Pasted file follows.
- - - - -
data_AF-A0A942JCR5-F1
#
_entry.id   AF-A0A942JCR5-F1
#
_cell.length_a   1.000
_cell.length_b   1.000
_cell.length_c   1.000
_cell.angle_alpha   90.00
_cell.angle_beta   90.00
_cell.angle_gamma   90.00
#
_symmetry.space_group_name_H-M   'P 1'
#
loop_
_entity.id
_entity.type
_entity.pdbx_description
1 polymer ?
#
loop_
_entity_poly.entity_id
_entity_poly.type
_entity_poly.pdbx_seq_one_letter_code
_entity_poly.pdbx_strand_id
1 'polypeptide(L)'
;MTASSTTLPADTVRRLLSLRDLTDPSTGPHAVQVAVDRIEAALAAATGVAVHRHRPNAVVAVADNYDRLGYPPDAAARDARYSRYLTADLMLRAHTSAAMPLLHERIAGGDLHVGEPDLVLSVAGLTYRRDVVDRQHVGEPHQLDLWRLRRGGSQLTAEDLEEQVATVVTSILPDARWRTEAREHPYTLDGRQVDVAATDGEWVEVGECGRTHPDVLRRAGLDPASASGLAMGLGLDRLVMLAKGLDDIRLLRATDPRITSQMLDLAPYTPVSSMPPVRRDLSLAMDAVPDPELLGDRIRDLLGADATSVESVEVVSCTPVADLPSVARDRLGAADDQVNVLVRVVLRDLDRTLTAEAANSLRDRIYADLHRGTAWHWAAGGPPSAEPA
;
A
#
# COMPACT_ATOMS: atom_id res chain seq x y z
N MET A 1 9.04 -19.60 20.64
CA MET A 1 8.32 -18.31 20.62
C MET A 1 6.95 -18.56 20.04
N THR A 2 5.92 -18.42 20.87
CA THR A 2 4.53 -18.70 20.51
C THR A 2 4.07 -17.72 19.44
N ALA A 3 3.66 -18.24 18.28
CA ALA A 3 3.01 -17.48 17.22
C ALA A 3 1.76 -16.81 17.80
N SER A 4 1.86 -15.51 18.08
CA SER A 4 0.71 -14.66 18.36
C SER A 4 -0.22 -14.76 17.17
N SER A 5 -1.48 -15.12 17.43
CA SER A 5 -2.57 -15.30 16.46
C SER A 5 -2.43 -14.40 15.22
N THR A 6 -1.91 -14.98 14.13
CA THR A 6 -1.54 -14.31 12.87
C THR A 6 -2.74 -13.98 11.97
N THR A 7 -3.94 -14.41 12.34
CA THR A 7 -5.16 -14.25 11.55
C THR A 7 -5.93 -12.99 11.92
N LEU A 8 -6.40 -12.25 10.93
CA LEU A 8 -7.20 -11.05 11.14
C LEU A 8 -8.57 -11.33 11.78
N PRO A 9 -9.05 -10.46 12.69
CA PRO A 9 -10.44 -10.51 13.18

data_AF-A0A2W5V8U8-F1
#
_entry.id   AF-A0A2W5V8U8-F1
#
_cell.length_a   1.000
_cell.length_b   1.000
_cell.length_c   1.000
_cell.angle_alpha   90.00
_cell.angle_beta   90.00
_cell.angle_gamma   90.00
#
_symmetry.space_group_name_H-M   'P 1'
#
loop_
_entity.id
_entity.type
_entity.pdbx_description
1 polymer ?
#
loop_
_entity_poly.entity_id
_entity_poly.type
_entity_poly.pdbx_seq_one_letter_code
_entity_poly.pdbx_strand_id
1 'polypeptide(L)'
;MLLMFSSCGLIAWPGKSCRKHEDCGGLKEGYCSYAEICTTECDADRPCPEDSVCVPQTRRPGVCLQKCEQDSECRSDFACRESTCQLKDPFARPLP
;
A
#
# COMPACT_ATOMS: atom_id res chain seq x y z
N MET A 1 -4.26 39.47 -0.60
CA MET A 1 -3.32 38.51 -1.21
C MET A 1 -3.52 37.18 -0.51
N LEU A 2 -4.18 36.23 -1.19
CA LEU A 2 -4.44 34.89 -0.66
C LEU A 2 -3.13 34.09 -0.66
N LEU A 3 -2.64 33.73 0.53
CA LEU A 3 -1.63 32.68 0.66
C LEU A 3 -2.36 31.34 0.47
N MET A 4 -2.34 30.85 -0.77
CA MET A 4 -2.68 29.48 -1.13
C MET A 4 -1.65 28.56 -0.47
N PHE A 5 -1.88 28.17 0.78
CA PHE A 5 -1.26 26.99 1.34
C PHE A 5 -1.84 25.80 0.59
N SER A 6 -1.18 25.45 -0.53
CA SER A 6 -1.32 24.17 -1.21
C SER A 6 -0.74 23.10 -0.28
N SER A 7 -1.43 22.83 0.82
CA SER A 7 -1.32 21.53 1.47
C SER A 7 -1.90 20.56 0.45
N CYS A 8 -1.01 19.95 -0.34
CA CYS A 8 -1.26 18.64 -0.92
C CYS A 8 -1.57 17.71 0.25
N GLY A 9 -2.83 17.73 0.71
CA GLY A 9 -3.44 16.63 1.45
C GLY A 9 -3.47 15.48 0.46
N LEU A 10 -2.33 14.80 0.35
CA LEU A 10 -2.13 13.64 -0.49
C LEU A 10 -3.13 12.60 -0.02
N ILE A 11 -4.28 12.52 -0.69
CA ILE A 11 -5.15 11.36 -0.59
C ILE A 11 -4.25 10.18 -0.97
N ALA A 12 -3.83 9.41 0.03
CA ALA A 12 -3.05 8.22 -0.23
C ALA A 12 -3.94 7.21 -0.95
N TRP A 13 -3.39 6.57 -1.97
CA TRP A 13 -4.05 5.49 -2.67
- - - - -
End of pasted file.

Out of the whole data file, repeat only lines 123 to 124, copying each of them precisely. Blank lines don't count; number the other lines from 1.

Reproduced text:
N TRP A 13 -3.39 6.57 -1.97
CA TRP A 13 -4.05 5.49 -2.67